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Intraductal ultrasound of the pancreaticobiliary ductal system

Michael J Levy, MD
Maurits J Wiersema, MD
Section Editor
Douglas A Howell, MD, FASGE, FACG
Deputy Editor
Kristen M Robson, MD, MBA, FACG


The development of endoscopic ultrasound (EUS) in the early 1980s overcame some of the limitations of transabdominal ultrasound for imaging the gastrointestinal tract wall and retroperitoneum [1]. One of the advantages of EUS is the ability to apply the ultrasound transducer directly against the luminal surface, which minimizes intervening adipose tissue and air between the transducer and the target tissue, thereby enhancing image quality. The proximity of the transducer to the target tissue also permits the use of higher frequency ultrasound, which further contributes to the enhanced image resolution. As a result, EUS is used routinely in the evaluation of numerous gastrointestinal disorders, including the diagnosis and staging of gastrointestinal tumors. (See appropriate topic reviews.)

The technical evolution of EUS has lead to the development of small caliber intraductal ultrasound (IDUS) miniprobes (about 2 mm), which can be passed through standard endoscopes directly into the bile or pancreatic duct (picture 1). The small caliber, flexibility, and excellent image quality produced by these catheters makes them ideal for evaluating a variety of biliary and pancreatic disorders (table 1).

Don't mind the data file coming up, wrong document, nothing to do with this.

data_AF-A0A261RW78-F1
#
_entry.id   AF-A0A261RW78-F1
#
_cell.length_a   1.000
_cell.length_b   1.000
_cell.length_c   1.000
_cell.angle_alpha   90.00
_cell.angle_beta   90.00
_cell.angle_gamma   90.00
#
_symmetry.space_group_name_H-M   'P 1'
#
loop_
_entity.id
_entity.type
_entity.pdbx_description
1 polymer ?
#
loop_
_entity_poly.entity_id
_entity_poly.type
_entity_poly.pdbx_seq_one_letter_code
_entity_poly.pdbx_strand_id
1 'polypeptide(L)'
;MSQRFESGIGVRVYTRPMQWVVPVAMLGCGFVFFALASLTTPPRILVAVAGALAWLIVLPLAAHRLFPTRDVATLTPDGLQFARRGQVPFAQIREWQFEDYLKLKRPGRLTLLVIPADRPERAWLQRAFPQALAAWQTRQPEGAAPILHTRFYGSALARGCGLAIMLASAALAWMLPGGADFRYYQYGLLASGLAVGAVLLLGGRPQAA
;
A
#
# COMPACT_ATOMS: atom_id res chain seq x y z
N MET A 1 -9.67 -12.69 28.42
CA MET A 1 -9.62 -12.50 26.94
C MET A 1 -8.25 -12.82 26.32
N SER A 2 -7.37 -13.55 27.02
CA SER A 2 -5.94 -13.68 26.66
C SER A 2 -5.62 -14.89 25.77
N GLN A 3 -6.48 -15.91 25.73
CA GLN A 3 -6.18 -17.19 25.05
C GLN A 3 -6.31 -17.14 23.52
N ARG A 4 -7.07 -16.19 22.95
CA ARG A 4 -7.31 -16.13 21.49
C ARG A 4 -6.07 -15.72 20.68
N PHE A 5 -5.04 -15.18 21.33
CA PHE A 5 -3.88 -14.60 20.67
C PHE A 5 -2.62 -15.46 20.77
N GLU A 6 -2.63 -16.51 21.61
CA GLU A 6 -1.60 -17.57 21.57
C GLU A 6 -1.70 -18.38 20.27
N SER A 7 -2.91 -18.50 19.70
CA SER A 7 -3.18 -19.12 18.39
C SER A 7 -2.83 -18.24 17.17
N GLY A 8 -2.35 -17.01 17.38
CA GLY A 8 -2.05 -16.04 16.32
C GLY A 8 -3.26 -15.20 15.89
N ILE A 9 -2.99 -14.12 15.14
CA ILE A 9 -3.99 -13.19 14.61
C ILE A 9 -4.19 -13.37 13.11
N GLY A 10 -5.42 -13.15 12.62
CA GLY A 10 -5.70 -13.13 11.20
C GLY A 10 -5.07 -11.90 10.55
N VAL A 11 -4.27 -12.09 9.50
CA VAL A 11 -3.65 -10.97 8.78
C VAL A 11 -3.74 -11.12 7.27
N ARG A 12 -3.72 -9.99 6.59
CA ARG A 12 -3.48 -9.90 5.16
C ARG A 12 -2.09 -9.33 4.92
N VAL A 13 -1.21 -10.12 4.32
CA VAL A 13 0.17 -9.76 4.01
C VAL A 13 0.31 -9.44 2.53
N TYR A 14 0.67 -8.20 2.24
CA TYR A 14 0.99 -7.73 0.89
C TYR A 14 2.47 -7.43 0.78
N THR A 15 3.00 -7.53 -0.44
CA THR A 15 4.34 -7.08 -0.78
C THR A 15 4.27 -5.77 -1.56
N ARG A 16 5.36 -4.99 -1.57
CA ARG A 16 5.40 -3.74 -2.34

This topic review will provide an overview of the role of IDUS in the evaluation of several pancreatic and hepatobiliary disorders. The role of standard EUS instruments in the evaluation of these conditions is presented separately. (See appropriate topic reviews.) The role of miniprobes for evaluation of other parts of the gastrointestinal tract is also discussed elsewhere. (See "High-frequency catheter endoscopic ultrasonography".)


Intraductal ultrasound (IDUS) is capable of producing better image resolution than standard endoscopic ultrasound (EUS; 0.07 to 0.18 mm) [2-4]. Acoustic coupling is optimized by the tubular anatomy of the pancreatic and bile ducts, which are fluid filled and only slightly larger in caliber than the probe itself. In addition, the probes operate at higher frequencies (12 to 30 MHz) than standard EUS, which leads to higher image resolution.

Three systems are available to perform IDUS (table 2):

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Literature review current through: Nov 2017. | This topic last updated: Aug 15, 2016.
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